PHILADELPHIA (CBS) — There are now a variety of new treatments for multiple myeloma and some of the research that created them has gained funding thanks to the work of South Jersey twins.
Marilyn and Sharon Alexander have a lifetime of memories of sharing everything, even a double wedding.
Their bond was challenged 25 years ago, when Marilyn was diagnosed with multiple myeloma, the second most common form of blood cancer.
"I was devastated; I was in complete shock," said Marilyn. "When I heard the prognosis, I just couldn't believe what I was hearing."
Doctors said just she only had two to five years to live.
"It's been a whirlwind," Sharon said.
Treatment options were limited and the most aggressive was a bone marrow transplant.
Since they're identical twins, Sharon's stem cells could be used to rebuild Marilyn's blood without the risks of rejection.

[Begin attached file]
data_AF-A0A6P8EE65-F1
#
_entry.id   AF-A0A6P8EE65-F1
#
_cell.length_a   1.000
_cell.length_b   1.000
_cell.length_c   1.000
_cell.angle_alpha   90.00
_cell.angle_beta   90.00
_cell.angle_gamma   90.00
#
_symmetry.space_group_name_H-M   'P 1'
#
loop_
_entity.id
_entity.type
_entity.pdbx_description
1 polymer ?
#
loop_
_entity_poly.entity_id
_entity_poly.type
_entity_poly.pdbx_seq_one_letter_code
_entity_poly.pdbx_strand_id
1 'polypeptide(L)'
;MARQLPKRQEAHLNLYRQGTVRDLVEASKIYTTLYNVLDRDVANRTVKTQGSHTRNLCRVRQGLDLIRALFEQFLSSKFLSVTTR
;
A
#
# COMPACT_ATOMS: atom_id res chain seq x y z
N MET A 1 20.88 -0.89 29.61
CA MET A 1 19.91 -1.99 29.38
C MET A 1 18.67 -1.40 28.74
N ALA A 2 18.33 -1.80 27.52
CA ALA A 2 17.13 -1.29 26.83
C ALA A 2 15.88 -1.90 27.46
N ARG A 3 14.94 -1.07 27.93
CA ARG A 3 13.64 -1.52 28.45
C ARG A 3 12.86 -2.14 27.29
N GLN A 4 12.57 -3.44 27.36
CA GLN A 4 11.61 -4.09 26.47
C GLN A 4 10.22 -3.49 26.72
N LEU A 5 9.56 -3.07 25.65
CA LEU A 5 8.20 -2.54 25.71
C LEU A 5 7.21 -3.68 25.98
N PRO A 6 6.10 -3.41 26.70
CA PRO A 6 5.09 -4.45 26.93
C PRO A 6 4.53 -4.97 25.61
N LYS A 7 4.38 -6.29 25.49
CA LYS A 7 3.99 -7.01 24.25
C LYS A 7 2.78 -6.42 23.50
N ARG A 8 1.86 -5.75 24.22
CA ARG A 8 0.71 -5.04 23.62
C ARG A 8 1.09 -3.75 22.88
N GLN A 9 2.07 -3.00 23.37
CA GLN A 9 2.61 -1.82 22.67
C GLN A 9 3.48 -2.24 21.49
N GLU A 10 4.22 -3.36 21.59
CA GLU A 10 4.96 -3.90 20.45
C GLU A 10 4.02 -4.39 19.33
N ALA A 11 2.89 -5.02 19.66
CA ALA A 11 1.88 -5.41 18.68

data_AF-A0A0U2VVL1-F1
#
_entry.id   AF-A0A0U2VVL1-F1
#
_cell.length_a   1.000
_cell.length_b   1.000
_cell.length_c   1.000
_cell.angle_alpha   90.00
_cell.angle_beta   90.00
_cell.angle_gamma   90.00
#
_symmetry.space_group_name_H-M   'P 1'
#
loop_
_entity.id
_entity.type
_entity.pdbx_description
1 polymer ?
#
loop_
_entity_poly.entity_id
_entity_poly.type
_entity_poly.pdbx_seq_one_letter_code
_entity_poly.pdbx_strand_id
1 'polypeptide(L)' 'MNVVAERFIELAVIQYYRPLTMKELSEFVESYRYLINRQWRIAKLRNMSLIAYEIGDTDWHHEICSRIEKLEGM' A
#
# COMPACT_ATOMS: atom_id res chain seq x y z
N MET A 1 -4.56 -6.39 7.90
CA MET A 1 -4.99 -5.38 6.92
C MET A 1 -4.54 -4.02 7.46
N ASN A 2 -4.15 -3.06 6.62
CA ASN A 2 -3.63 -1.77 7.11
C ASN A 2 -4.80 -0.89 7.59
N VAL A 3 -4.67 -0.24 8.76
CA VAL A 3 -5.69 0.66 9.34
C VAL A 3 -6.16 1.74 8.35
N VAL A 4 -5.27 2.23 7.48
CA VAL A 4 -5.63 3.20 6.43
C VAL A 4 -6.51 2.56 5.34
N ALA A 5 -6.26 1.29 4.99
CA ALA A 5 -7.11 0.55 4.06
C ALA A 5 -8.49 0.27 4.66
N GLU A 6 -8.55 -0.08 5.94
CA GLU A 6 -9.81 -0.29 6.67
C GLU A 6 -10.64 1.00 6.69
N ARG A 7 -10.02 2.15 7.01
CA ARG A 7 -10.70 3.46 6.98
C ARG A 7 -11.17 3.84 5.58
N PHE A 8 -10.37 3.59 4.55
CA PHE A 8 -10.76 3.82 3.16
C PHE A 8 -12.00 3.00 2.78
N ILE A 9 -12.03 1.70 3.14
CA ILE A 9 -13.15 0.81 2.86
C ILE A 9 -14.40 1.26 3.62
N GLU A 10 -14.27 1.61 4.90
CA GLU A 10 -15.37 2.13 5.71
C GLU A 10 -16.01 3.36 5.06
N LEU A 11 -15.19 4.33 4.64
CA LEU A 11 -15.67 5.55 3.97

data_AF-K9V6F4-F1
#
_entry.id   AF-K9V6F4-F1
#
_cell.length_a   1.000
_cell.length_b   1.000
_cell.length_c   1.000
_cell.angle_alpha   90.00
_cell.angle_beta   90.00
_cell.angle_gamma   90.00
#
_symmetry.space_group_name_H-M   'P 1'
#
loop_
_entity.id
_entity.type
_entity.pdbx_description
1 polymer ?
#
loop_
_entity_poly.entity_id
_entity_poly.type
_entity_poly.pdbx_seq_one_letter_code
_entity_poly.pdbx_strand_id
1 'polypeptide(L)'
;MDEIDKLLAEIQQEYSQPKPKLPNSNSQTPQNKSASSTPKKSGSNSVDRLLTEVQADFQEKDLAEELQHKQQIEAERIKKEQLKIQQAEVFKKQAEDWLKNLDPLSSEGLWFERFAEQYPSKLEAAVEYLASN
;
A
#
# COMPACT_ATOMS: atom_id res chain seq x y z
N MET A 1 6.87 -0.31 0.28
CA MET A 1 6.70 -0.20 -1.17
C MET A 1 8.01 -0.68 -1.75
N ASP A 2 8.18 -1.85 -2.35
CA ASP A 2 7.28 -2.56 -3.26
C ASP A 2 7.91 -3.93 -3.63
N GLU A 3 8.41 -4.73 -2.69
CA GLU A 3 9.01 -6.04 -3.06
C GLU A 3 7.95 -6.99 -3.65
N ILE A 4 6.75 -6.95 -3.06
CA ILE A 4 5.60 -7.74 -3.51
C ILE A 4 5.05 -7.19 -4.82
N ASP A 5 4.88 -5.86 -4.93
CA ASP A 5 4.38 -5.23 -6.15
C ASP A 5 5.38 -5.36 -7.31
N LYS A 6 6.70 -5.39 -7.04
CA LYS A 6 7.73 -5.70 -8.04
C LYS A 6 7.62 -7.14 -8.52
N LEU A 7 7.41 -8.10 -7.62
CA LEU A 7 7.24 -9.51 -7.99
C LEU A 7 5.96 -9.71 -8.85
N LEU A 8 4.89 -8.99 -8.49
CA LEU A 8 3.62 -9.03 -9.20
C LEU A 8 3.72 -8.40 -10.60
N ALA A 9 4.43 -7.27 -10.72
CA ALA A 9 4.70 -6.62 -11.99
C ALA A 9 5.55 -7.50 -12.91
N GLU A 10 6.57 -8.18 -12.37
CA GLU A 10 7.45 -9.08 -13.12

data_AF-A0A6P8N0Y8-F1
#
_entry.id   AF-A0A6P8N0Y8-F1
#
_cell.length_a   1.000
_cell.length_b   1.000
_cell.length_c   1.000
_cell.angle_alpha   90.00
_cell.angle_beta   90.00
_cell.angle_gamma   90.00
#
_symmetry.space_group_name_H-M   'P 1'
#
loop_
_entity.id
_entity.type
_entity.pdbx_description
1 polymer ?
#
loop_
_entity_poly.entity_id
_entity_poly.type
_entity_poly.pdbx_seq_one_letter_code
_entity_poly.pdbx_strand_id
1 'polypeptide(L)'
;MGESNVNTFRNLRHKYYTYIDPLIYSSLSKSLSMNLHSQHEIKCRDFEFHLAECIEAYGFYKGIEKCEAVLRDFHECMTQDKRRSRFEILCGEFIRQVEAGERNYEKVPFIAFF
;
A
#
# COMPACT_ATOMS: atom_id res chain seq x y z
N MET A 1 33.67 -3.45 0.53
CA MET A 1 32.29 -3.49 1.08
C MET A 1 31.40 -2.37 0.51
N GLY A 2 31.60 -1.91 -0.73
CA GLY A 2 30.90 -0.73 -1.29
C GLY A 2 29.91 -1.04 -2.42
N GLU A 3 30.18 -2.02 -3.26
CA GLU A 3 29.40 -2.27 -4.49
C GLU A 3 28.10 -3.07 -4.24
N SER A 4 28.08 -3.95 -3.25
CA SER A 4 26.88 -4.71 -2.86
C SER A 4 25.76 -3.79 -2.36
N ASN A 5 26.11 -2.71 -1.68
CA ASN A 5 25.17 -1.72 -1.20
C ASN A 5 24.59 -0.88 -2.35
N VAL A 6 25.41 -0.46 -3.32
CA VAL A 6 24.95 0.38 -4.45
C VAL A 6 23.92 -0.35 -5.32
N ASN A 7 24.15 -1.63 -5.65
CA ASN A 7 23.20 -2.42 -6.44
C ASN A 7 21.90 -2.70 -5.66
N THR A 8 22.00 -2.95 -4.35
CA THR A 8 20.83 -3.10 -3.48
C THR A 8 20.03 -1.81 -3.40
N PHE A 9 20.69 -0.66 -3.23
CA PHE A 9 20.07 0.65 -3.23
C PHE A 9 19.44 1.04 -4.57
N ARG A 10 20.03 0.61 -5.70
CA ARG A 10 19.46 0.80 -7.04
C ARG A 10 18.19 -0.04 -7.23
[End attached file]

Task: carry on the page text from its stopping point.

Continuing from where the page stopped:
"It was wonderful because it felt like I was helping," Sharon said. "We've always been extremely close; there is a bond between us that is unlike any other sibling."
Wanting to help others, the twin sisters founded the Philadelphia Multiple Myeloma Networking Group.
It's annual fundraiser Miles for Myeloma has donated more than $1 million to research.
They're already busy getting material ready for the 5K on April 28.
"It's a fun day; we enjoy it," said Sharon said. "There's so much comradery."
Money from the event has helped fund research that's created more than a dozen new treatments.
"People have options now that they never had before. That's why we feel the importance of doing fundraising," Marilyn said.
About 1,000 walkers and runners are expected for the annual Miles for Myeloma this Saturday.
The event takes place in Fairmount Park, with a course starting at Memorial Hall.
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